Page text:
• Zempila M.M.
      • van Geffen J.H.G.M.
      • Taylor M.
      • Fountoulakis I.
      • Koukouli M.E.
      • van Weele M.
      • der R.Jvan
      • Bais A.A.
      • Meleti C.
      • Balis D.
      TEMIS UV product validation using NILU-UV ground-based measurements in Thessaloniki, Greece.
      ,
      • Wacker M.
      • Holick M.F.
      Sunlight and Vitamin D: a global perspective for health.
      ] at each study center, from the Royal Netherlands Meteorological Society (www.temis.nl) [
      The Royal Netherlands Meteorological Institute (KNMI).
      ,

      University of Manitoba, Globalclouds. http://home.cc.umanitoba.ca/∼jander/clouds/ globalclouds.html.

      ]. These data account for the attenuation of UVR due to clouds, varying Sun-Earth distance, axial tilt, surface albedo, surface elevation as well as presence of aerosols. Additionally, we collected data on personal sun behavior, including time spent outdoors during daylight, vacation destinations, clothing and frequency of sunscreen use through a standardized sun behavior questionnaire (Online data supplement section 2). Furthermore we gathered self-reported data on skin type, as an indicator of sun sensitivity [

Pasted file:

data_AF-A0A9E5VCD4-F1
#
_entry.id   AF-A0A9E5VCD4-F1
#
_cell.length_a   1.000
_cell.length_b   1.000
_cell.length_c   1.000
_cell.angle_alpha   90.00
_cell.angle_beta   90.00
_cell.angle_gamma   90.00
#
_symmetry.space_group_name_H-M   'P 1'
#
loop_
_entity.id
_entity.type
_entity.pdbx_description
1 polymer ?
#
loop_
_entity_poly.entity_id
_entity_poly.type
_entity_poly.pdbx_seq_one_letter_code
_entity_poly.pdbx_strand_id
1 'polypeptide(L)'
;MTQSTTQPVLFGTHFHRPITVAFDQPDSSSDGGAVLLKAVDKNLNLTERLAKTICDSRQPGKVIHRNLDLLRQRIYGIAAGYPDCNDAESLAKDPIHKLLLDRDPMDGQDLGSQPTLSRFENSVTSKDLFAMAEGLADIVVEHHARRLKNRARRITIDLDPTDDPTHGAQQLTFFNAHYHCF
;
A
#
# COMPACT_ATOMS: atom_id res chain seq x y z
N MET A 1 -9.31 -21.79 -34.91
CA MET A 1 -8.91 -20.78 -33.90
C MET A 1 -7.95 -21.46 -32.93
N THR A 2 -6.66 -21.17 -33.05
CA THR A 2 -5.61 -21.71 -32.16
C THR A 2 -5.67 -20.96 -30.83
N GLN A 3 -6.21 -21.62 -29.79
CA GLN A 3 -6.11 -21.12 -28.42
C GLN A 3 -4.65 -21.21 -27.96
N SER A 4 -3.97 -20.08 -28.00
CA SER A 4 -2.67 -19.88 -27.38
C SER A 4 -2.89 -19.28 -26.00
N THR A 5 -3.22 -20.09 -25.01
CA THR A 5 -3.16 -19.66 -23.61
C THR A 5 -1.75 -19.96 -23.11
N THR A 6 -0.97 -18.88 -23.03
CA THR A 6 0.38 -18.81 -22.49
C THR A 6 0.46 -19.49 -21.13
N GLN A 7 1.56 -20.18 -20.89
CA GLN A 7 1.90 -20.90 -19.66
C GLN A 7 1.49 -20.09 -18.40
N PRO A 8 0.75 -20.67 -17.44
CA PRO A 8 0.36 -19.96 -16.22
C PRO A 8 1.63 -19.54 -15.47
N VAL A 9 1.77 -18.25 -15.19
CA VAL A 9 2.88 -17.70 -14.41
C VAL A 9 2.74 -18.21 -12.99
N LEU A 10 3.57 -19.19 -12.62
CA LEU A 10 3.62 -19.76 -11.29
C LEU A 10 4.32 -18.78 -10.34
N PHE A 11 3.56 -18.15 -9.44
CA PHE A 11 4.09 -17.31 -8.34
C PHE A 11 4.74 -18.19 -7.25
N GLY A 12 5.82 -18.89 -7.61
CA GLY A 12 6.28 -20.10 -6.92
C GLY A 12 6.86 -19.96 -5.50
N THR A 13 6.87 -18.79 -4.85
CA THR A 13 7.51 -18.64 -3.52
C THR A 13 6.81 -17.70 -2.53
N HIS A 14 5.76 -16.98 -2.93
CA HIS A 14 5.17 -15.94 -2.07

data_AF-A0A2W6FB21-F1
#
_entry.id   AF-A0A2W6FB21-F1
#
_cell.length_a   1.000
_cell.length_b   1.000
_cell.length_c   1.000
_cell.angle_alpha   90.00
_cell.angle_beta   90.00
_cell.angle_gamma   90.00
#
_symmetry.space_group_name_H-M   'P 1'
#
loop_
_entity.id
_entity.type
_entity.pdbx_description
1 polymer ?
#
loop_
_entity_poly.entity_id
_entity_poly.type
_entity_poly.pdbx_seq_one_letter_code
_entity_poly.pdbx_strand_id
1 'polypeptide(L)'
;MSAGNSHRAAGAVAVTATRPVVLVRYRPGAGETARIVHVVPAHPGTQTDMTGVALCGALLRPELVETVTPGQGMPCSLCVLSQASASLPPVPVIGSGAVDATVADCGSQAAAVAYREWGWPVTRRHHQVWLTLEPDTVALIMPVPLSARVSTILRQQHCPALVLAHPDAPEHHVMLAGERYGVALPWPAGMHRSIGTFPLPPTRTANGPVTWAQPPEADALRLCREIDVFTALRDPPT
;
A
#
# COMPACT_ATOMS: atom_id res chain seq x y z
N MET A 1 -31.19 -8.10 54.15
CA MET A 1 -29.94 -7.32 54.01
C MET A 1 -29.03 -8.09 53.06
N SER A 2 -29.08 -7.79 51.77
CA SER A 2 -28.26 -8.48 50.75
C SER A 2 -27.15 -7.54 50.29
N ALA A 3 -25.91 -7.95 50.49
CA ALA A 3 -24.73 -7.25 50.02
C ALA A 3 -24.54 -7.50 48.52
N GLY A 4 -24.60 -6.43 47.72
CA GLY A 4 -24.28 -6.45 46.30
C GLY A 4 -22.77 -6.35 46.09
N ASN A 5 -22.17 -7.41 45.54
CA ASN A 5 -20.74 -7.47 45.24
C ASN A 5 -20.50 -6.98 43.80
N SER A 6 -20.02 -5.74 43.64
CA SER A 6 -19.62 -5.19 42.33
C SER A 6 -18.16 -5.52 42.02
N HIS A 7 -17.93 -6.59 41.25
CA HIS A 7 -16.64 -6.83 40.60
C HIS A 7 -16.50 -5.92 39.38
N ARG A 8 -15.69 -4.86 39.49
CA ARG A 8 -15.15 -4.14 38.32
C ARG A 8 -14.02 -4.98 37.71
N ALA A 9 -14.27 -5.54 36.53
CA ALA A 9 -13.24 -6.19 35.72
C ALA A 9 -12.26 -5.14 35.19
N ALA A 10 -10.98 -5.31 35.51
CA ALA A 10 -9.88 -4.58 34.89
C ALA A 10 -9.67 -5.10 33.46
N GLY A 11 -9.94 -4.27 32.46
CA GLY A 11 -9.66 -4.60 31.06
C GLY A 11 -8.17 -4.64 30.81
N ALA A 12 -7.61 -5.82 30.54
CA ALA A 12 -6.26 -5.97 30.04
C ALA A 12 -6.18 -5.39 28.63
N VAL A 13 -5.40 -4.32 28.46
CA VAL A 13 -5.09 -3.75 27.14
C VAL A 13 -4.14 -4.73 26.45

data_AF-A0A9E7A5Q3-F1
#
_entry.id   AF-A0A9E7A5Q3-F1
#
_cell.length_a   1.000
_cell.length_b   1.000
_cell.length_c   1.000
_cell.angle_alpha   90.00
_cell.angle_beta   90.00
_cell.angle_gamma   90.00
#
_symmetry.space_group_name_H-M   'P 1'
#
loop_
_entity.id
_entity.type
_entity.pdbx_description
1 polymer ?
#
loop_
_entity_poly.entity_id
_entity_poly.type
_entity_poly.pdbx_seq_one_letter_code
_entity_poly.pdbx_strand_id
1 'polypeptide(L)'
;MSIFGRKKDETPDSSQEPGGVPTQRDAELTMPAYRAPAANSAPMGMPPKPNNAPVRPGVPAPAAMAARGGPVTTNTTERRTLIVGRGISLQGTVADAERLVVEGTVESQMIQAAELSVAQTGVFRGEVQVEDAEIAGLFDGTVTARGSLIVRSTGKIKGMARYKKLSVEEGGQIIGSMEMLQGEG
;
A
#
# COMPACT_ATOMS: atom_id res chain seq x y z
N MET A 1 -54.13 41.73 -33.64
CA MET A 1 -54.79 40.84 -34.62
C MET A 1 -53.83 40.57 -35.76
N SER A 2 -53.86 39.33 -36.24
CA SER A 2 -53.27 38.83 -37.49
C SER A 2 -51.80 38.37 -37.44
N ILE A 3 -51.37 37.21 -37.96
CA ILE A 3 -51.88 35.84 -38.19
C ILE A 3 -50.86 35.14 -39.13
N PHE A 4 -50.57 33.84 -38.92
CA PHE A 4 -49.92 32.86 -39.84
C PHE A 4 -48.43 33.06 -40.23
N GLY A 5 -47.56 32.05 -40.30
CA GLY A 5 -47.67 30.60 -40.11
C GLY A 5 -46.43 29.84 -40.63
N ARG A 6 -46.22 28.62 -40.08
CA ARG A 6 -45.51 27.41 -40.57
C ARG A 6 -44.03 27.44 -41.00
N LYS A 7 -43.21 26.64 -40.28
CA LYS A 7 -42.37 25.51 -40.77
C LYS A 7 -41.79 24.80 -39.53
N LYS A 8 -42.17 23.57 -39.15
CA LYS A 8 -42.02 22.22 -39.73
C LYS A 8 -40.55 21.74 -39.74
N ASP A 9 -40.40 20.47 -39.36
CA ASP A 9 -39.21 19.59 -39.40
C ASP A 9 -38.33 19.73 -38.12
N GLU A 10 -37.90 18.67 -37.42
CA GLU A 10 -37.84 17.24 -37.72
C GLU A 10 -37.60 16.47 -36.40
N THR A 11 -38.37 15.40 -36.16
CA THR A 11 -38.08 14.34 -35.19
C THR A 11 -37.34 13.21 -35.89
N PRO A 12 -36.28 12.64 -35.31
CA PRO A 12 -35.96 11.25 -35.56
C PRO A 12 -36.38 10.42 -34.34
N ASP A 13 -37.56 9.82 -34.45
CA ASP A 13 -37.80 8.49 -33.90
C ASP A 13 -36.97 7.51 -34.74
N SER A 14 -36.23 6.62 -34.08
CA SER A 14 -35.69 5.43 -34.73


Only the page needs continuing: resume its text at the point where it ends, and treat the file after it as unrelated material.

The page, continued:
• Worswick S.D.
      • Cockburn M.
      • Peng D.
      Measurement of ultraviolet exposure in epidemiological studies of skin and skin cancers.
      ,
      • Karagas M.R.
      • Zens M.S.
      • Nelson H.H.
      • Mabuchi K.
      • Perry A.E.
      • Stukel T.A.
      • Mott L.A.
      • Andrew A.S.
      • Applebaum K.M.
      • Linet M.
      Measures of cumulative exposure from a standardized sun exposure history questionnaire: a comparison with histologic assessment of solar skin damage.
      ]. Subsequently, we applied the following modeling approach integrating data on personal sun behavior, with data on ambient UVR to estimate the daily exposure [
      The Royal Netherlands Meteorological Institute (KNMI).
      ,
      • Diffey B.
      A behavioral model for estimating population exposure to solar ultraviolet radiation†.
      ,
      • Dadvand P.
      • Basagaña X.
      • Barrera-Gómez J.
      • Diffey B.
      • Nieuwenhuijsen M.